Here’s a dish I tried a few weeks back when we were enjoying some unseasonably warm days — Asian Collard Wraps — inspired by a recipe I read in a flyer at the Elm City Market. The original recipe is online here.
Of course, I chose not to follow the recipe exactly.
Here is my version.
Asian Collard Wraps
1 bunch collard greens, washed well, large stems removed
2 cups cooked quinoa
(Make sure the quinoa is drained of any excess liquid)
2 tablespoons tamari
1 tablespoon freshly squeezed lime juice
1 tablespoon rice vinegar
1 dash hot sauce
1 tablespoon sesame oil
1 cup carrots, shredded
1 cup cabbage (red or green), shredded
1/2 cup red bell pepper, julienned
2 green onions, thinly sliced
- In a pot of boiling, salted water, blanch the collard leaves, one at a time, for about one minute each. (They will turn bright green.)
- Remove with tongs and place gently on a towel to dry.(These can be prepared in advance. Simply stack on a plate when dry, cover with plastic wrap, and store in the fridge until you are ready to assemble them.)
- Whisk together the lime juice, vinegar, hot sauce, and sesame oil.
- Pour onto the hot quinoa, and let it marinate at least one hour.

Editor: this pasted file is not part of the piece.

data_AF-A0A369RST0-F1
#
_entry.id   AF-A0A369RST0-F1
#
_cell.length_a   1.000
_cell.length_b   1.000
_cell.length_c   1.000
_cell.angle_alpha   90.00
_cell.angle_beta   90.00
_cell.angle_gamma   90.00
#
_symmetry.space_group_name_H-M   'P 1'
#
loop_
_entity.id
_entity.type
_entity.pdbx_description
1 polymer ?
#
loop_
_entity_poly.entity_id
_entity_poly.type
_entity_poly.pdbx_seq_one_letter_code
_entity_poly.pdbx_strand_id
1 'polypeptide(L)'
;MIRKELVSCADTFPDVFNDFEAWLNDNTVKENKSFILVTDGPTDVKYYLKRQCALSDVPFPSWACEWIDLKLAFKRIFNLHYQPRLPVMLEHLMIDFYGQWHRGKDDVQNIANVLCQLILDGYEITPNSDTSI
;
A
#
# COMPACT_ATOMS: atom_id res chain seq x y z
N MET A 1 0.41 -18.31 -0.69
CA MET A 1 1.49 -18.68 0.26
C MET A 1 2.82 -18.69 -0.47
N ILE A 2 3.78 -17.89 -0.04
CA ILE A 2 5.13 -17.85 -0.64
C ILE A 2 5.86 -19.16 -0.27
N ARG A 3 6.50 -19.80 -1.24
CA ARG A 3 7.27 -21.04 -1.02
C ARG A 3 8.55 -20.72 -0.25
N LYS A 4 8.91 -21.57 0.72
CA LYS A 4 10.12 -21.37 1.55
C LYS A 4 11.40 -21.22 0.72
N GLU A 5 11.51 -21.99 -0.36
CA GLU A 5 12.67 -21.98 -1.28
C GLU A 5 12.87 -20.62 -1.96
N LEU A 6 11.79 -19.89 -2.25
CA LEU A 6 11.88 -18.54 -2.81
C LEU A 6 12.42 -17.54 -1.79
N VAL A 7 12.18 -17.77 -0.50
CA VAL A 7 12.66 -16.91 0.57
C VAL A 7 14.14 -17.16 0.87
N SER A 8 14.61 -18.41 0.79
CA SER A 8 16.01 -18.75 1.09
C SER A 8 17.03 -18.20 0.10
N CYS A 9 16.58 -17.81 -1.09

- Once cool, store in the refrigerator until ready to use. (This also can be prepared in advance, and will handle better if well chilled.)
- Prepare the vegetables.
- To prepare the wraps, lay out one blanched collard leaf with the stem side towards the bottom.
- Place 2-3 tablespoons of quinoa at the bottom of the leaf. Flatten with the spoon.
- On top of the quinoa pile a few pieces of carrot, cabbage, and pepper.
- Sprinkle with green onions.
- Fold the bottom of the leaf up over the fillings.
- Fold in each side of the collard leaf and continue to roll upwards until you have what looks like a burrito.
- Set aside and repeat the process until you have used up all the ingredients.
It’s a wrap!
Turning a bunch of collard greens into a stack of wraps is a little labor intensive. But once I had the wraps prepared, and the grain marinated, the rest was easy, and I had enough wraps to make the base for several meals (alone as a lunch, with a side for dinner). This satisfying and inexpensive dish will be a great addition to next summer’s repertoire.
Have a great week. Eat well.
I often blog on food, food issues, or gardening on Monday in support of Meatless Monday, one of several programs developed in the Healthy Monday project, founded in 2003 in association with Columbia University’s Mailman School of Public Health, Johns Hopkins Bloomberg School of Public Health and Syracuse University’s Newhouse School of Communications. Meatless Monday’s goal is “to help reduce meat consumption 15% in order to improve personal health and the health of our planet.”